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Subject: Fw: Tim's Gong - wording

This is great that Tim is getting this.

His wording below is excellent standard
position from W3C.

I think we see his focus as head of W3C
and what he sees as the requirements - and so
in the context of our discussion of the
RDF "sell" - it becomes an interesting
one given this context.

He is after all "Pope" of the W3C!


----- Original Message ----- 

Tim Berners-Lee to be honoured in Queens New Years list.

"This is an honour which applies to the the whole Web development
community, and to the inventors and developers of the Internet, whose
work made the Web possible, " stated Berners-Lee. "I accept this as an
endorsement of the spirit of the Web; of building it in a decentralized
way; of making best efforts to keep it open and fair; and of ensuring
its fundamental technologies are available to all for broad use and
innovation, and without having to pay licensing fees."

"By recognizing the Web in such a significant way, it also makes clear
the responsibility its creators and users share," he continued.
"Information technology changes the world, and as a result, its
practitioners cannot be disconnected from both its technical and
societal impacts. Rather, we share a responsibility to make this work
for the common good, and to take into account the diverse populations it

Born in London, Berners-Lee graduated from the Queen's College at Oxford
University, England in 1976. While there he built his first computer
with a soldering iron, TTL gates, an M6800 processor and an old television.

In 1980, while Berners-Lee worked as a consultant software engineer at
CERN, the European Particle Physics Laboratory in Geneva, he wrote for
his own private use his first program for storing information using the
kind of random associations the brain makes. The "Enquire" program -- 
which was never published -- formed the conceptual basis for the future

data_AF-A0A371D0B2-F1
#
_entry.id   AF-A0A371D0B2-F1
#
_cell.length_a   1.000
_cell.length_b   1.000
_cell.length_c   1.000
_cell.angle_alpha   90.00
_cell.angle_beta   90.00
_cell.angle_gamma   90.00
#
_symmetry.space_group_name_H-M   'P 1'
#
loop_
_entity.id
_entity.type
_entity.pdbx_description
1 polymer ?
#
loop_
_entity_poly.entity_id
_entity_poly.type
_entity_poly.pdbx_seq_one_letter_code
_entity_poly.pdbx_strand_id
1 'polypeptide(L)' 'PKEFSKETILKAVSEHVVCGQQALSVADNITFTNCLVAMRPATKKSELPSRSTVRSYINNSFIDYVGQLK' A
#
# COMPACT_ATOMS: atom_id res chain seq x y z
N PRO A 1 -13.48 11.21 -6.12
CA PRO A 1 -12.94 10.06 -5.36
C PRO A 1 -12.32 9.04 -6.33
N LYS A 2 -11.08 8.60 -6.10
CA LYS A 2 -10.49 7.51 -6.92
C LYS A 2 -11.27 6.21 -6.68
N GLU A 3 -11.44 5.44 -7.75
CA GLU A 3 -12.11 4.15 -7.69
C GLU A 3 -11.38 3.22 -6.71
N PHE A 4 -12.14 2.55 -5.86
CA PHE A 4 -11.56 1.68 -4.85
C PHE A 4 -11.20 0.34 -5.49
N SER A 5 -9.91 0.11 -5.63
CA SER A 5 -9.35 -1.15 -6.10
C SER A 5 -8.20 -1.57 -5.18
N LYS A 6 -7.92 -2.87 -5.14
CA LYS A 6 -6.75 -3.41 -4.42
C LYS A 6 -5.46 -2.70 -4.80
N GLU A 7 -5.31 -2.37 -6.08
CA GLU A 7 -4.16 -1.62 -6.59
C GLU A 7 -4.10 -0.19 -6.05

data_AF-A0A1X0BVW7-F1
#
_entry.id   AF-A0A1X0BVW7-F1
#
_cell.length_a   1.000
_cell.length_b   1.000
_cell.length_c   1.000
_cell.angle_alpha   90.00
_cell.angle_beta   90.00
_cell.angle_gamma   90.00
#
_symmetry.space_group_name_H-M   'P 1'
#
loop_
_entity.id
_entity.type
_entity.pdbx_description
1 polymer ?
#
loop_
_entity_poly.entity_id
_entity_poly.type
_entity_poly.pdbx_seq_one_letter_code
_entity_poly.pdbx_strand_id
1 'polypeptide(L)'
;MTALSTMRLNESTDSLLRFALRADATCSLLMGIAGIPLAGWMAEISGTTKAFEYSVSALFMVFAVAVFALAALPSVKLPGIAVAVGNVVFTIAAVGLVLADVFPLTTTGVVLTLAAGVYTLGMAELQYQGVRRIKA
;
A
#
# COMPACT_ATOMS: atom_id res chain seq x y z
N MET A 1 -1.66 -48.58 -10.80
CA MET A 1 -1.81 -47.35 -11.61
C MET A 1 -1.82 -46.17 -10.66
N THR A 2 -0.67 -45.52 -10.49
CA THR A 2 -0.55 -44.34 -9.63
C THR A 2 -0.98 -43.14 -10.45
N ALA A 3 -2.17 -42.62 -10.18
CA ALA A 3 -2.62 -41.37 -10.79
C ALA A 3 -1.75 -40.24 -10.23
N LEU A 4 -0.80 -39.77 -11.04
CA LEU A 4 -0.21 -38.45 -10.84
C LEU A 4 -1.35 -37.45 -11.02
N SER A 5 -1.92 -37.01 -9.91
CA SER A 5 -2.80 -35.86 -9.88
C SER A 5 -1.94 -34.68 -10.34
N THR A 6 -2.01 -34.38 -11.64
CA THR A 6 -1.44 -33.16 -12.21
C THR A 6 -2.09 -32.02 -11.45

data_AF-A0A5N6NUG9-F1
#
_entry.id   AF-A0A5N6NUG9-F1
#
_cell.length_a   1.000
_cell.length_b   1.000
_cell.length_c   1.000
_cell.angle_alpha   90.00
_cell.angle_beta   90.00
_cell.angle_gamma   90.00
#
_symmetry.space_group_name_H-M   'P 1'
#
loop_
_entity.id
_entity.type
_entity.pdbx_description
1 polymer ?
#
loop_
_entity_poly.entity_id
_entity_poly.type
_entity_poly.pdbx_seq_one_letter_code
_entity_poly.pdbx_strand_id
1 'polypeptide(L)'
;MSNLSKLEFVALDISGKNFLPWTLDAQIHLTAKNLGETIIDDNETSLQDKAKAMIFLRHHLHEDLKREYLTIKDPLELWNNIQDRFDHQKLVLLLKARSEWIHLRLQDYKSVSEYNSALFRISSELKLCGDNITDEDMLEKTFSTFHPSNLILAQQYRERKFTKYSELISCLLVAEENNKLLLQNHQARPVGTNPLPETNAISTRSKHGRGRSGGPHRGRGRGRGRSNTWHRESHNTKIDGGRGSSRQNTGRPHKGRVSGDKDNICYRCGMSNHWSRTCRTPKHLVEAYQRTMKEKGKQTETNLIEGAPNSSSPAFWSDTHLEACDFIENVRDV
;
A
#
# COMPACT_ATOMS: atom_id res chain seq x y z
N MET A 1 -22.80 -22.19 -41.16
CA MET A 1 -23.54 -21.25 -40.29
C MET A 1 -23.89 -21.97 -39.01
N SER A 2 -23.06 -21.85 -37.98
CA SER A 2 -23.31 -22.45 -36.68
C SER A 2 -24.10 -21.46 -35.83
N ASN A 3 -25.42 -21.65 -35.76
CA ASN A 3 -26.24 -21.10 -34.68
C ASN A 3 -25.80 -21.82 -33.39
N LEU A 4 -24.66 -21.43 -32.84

development of the Web.

While at CERN in 1989, he proposed a global hypertext project to be
known as the World Wide Web. Based on the earlier "Enquire" work, it was
designed to allow people to work together by combining their knowledge
in a Web of hypertext documents.

He wrote the first World Wide Web server, "httpd", and the first client,
"World Wide Web," in October 1990. He also wrote the first version of
the document formatting language with the capability for hypertext
links, known as HTML.

The program "WorldWideWeb" was first made available within CERN in
December 1990, and the first successful demonstration of the Web clients
and servers working over the Internet was made that same month. All of
his code was made available on the Internet at large in the summer of 1991.

 From 1991 to 1993, Berners-Lee continued working on the design of the
Web, coordinating feedback from users across the Internet. His initial
specifications for URIs, HTTP and HTML were refined and discussed in
larger circles as the Web technology spread.

In 1994, with encouragement and support from the late Michael Dertouzos,
director of the Massachusetts Institute of Technology (MIT) Laboratory
for Computer Science (LCS), Berners-Lee founded the World Wide Web
Consortium, where he presently serves as director. The W3C coordinates
Web development worldwide, with teams at MIT, European Research
Consortium for Informatics and Mathematics (ERCIM), and Keio University
in Japan. Its goal is to lead the Web to its full potential, ensuring
its stability through rapid evolution and revolutionary transformations
of its usage.

Berners-Lee, who was cited by Time Magazine in 1999 as one of the 100
greatest minds of the 20th century, is a Distinguished Fellow of the
British Computer Society, an Honorary Fellow of the Institution of
Electrical Engineers, and a member of the American Academy of Arts and
Sciences. He was named a Fellow of the Royal Society in 2001, and
received the Japan Prize in 2002. He was also the recipient of a
MacArthur Fellowship in 1998.

He has been awarded many honorary doctorates from universities around
the world, including his alma mater (2001). At MIT, he is the holder of
the 3Com Founders Chair, and holds the position of senior research
scientist at MIT's Computer Science and Artificial Intelligence
Laboratory (CSAIL).

Berners-Lee is also the author of the book "Weaving The Web"
(HarperCollins), published in 1999, which describes the Web's birth and

About the World Wide Web Consortium [W3C]

The W3C was created to lead the Web to its full potential by developing
common protocols that promote its evolution and ensure its
interoperability. It is an international industry consortium jointly run
by MIT's Computer Science and Artificial Intelligence Laboratory (MIT
CSAIL) in the USA, the European Research Consortium for Informatics and
Mathematics (ERCIM) headquartered in France and Keio University in
Japan. Services provided by the Consortium include: a repository of
information about the World Wide Web for developers and users, and
various prototype and sample applications to demonstrate use of new
technology. To date, nearly 400 organizations are Members of the
Consortium. For more information see http://www.w3.org/

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